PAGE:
7 Reasons Hospitals Buy Technology They Don't Need
"Whining is not an unusual event for doctors in the healthcare system," Kaufman says, but in this new environment where hospitals want to recruit doctors, a high-producing physician threatening to leave becomes a bigger issue.
One example of physicians demanding a technology comes with the da Vinci, a robot used primarily for prostate cancer and hysterectomy surgeries, and which number 1,500.
The ECRI report describes "costly robot wars." It says that although proponents tout the da Vinci's improved visualization capabilities, as well as its precision, and dexterity, at a $3.5 million, five-year cost, ECRI says, "the real unanswered questions are how much value they add, and, more importantly, how and when will they definitively improve patient care and long-term outcomes?"
2. Marketing campaigns to best the competition. C-suite executives or board members think a particular technology may look good on a TV or billboard marketing campaign. The ads say this hospital or practice really cares (much more so than its competitors) about its patients. It says these doctors are smarter, because they've taken the time to learn this new technology. Myers says that once a competitor buys something big, hospitals become "very reactive, almost like they go into panic mode and they have to buy" the same thing.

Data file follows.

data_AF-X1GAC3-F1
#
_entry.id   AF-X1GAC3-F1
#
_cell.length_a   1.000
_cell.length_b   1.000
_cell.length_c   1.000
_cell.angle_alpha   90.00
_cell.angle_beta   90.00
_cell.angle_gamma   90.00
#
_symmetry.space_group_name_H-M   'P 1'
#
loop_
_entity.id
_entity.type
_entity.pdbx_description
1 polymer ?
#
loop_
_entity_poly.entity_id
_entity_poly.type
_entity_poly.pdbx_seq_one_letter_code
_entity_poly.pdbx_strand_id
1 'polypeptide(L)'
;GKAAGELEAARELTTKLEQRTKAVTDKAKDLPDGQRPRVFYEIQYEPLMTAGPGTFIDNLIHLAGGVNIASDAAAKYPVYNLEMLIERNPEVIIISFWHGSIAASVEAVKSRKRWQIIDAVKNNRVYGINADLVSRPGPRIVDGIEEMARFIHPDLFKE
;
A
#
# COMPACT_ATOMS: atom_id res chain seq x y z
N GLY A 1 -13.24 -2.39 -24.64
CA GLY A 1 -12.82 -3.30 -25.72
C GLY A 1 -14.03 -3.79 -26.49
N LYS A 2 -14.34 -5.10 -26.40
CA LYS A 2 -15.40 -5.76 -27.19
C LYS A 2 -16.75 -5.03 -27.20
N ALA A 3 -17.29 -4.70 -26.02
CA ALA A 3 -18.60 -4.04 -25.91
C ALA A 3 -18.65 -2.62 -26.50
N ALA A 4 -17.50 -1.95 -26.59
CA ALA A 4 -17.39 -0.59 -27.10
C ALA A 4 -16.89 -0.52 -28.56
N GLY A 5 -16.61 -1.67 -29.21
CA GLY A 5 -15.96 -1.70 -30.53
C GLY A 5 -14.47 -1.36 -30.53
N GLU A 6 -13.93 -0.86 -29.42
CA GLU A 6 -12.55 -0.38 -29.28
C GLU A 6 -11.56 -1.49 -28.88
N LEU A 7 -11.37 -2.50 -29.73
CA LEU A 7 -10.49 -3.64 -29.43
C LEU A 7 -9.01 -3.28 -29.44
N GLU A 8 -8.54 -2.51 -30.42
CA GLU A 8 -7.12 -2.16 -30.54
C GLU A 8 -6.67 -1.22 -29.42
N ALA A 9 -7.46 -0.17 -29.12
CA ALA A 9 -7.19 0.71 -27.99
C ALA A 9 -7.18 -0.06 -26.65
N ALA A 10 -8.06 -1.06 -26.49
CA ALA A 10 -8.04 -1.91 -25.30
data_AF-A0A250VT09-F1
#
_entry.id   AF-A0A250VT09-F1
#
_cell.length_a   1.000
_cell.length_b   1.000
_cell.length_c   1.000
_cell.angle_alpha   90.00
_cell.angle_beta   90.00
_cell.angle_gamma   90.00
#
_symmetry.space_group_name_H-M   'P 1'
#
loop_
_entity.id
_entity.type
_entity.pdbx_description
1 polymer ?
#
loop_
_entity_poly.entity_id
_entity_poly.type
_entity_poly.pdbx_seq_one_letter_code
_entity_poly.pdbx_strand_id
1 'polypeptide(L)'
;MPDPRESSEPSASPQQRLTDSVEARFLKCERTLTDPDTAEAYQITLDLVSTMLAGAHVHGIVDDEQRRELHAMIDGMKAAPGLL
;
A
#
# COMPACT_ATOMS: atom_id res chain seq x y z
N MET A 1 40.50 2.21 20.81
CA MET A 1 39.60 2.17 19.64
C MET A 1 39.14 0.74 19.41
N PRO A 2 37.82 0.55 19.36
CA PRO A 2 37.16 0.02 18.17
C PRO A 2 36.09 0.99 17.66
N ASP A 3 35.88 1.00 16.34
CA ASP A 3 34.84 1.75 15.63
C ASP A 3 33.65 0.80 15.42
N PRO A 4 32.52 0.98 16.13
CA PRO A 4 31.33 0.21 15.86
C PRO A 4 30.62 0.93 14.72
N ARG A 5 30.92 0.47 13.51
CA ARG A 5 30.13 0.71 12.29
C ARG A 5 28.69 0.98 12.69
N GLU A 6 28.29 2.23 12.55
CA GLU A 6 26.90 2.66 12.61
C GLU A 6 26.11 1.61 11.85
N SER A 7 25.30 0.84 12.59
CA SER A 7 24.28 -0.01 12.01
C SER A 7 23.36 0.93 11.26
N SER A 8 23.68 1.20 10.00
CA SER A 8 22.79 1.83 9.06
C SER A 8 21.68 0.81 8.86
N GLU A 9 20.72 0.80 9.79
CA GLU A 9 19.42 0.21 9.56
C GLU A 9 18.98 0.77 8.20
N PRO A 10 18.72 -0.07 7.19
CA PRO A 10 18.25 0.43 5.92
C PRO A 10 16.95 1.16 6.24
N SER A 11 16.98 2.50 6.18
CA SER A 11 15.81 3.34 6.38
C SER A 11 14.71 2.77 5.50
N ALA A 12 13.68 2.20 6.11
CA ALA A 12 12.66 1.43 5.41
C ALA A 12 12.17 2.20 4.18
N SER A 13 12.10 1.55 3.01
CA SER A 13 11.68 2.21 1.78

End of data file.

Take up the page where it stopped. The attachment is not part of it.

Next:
One example is proton-beam therapy. On Jan. 2, an Op-Ed piece in The New York Times slammed the Mayo Clinic for building two football field-sized, $180 million proton beam centers, one in Rochester, MN and another in Phoenix, AZ, and called it "crazy medicine and unsustainable public policy."
The authors, University of Pennsylvania provost Ezekiel J. Emanuel, MD, an oncologist and former White House adviser, and Steven D. Pearson, MD, a general internist, and president of the Institute for Clinical and Economic Review at the Massachusetts General Hospital's Institute for Technology Assessment said the Mayo is competing with a handful of other hospital systems that have them in a "medical arms race" That doesn't improve care.
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